Justin Bieber, Paris Hilton Among 19 Celebrities Called for Shilling NFTs

The consumer watchdog group Truth in Advertising (TINA.org) has called 19 Celebrities allegedly promoting non-fungible tokens (NFTs) without disclosing their connection to the projects.

The non-profit consumer advocacy organization said on its website that it investigated “celebrities promoting non-fungible tokens (NFTs) on their social media channels,” and found “this is an area riddled with scams.”

Among the star-studded list are sports stars Floyd Mayweather and Tom Brady, music icons Eminem and Snoop Dog, and several actresses, including Gwyneth Paltrow, all of whom have been sent letters urging them to immediately disclose any material connections they have with the NFT companies. Or the brands they promoted, mentioning:

“The promoter often fails to detect a substantive connection to an authorized NFT company.”

NFTs are digital certificates stored on the blockchain that prove ownership of a digital or physical asset, often a work of art, with many notable projects often attracting celebrity endorsement and promotion.

While no actual legal penalty was attached, TINA.org noted that it sent letters to participating celebrities on August 8 outlining their grievances and advising them of the potential harmful impact that NFT coins could have on the public.

One of the group’s main concerns outlined in the letters is not to disclose the potential financial risks associated with investing in such speculative digital assets.

TINA.org previously sent letters to the legal team of Justin Bieber and Reese Witherspoon on June 10 to promote the NFTs on their social media accounts without revealing their connection to the projects.

Bieber’s legal team responded on July 1, denying any wrongdoing but saying the posts would be updated.

While Witherspoon’s legal team contacted TINA.org on July 20, claiming that the actress does not receive any material benefits from promoting NFTs.

The shilling could violate the FTC’s guidelines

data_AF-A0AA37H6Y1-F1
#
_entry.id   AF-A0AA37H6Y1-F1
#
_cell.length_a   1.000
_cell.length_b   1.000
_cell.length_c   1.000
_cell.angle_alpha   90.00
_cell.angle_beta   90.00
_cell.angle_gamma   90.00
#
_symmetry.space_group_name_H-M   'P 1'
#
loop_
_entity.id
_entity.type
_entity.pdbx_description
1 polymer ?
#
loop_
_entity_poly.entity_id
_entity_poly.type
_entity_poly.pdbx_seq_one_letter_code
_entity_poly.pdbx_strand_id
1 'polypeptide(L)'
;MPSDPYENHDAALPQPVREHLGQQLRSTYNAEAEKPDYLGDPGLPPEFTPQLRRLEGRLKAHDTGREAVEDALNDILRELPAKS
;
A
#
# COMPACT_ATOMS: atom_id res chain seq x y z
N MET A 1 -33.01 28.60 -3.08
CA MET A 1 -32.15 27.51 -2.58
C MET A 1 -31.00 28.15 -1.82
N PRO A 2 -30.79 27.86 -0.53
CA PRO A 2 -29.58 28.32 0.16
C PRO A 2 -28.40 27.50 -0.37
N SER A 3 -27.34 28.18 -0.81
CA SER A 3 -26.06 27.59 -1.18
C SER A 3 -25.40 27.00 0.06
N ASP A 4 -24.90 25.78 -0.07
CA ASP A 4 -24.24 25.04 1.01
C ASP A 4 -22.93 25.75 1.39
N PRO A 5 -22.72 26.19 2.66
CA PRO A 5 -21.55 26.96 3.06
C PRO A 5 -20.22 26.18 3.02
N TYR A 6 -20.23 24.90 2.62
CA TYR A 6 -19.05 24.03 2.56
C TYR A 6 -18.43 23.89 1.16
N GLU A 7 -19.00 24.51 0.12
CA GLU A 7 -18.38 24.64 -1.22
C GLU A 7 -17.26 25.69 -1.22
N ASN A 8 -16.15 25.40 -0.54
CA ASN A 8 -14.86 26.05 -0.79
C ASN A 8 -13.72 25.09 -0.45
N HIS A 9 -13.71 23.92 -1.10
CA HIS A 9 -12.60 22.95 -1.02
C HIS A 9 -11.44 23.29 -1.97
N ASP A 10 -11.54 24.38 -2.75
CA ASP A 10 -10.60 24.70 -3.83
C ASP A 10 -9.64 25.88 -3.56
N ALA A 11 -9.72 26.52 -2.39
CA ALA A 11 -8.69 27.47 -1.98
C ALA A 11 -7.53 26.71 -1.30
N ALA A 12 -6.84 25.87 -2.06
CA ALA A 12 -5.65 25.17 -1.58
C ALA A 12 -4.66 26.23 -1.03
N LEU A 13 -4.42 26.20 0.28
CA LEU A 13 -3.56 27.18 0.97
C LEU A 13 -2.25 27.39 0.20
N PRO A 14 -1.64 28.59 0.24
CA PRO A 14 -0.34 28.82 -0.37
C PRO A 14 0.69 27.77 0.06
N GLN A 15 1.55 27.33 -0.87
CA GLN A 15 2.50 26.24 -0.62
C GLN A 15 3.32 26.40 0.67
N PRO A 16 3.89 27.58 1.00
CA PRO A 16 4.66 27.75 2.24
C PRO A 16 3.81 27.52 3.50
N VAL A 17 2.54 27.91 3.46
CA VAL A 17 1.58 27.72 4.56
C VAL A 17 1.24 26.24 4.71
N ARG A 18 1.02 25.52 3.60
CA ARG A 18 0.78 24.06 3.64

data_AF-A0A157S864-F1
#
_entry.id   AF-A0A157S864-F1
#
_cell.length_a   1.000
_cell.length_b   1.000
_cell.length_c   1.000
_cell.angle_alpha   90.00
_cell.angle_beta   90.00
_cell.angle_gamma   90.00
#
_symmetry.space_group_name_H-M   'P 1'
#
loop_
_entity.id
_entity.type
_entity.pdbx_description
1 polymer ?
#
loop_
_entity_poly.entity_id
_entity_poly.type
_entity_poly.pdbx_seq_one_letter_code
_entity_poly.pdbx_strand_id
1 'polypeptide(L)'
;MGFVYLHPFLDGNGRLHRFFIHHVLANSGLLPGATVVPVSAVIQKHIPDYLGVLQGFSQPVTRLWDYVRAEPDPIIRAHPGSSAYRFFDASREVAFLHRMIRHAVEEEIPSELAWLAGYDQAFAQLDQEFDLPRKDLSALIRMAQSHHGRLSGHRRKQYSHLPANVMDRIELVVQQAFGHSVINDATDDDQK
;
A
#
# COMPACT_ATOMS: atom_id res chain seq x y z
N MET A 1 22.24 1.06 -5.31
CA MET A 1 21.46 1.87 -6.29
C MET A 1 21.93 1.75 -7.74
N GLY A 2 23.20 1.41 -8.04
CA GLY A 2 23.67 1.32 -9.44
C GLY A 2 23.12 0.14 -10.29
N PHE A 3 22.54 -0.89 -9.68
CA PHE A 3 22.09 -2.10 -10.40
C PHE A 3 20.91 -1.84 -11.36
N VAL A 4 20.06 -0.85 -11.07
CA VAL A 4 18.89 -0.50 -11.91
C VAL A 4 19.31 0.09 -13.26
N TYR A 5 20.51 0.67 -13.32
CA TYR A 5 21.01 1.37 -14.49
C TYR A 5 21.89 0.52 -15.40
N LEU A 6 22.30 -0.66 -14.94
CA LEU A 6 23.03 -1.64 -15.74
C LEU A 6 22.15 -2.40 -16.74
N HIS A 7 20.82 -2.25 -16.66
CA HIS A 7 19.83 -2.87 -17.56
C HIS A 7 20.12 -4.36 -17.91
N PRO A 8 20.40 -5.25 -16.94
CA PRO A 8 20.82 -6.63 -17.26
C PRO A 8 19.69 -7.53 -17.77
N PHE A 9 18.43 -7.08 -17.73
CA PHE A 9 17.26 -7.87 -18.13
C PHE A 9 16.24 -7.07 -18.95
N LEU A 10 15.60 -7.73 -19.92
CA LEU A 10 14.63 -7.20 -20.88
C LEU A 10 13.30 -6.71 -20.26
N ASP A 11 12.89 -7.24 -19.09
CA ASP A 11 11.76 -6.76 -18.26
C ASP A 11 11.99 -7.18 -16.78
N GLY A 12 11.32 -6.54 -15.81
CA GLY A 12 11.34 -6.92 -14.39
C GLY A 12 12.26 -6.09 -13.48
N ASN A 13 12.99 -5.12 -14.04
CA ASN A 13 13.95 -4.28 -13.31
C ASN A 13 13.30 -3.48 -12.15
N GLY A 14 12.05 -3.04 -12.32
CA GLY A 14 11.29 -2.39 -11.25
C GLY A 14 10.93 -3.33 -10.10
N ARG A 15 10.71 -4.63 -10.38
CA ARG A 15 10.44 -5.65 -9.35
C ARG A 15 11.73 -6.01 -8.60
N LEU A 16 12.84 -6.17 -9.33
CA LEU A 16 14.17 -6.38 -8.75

in Blog post On their website, TINA.org writes that the previously mentioned celebrities may be in violation of Federal Trade Commission (FTC) rules regarding the use of endorsements and testimonials in advertising and influencer requirements.

The advocacy group links to the FTC website which specifies that influencers must disclose any material links to brands they endorse, and make disclosures clear, unambiguous, clear and within authentication.

So far, there has been no reported case of celebrities facing legal penalties for shilling NFTs or cryptocurrencies.

Although there are many class actions going on, the best known being against Elon Musk For his endorsement of Dogecoin, the Mark Cuban To promote Voyager crypto products.

A few other celebrities like Matt Damon caused quite a stir when he appeared in an ad promoting crypto products, which led to the actor being relentlessly mocked and ridiculed for his involvement.

Don’t listen to celebrities: SEC

In 2017, the US Securities and Exchange Commission (SEC) issued Investors warn About celebrity-backed ICOs in a post on their website.

“Investors should note that celebrity endorsements may appear unbiased, but may instead be part of a paid promotion.”

Related: Snoop Dogg may be the face of Web3 and NFTs, but what does that mean for the industry?

“Celebrities who advocate investing often do not have enough experience to ensure that the investment is appropriate and compliant with federal securities laws.”

According to the Securities and Exchange Commission, the use of social media by celebrities and influencers to encourage their followers to buy shares or other investments may be illegal if they do not disclose the nature, source and amount of any compensation paid, directly or indirectly.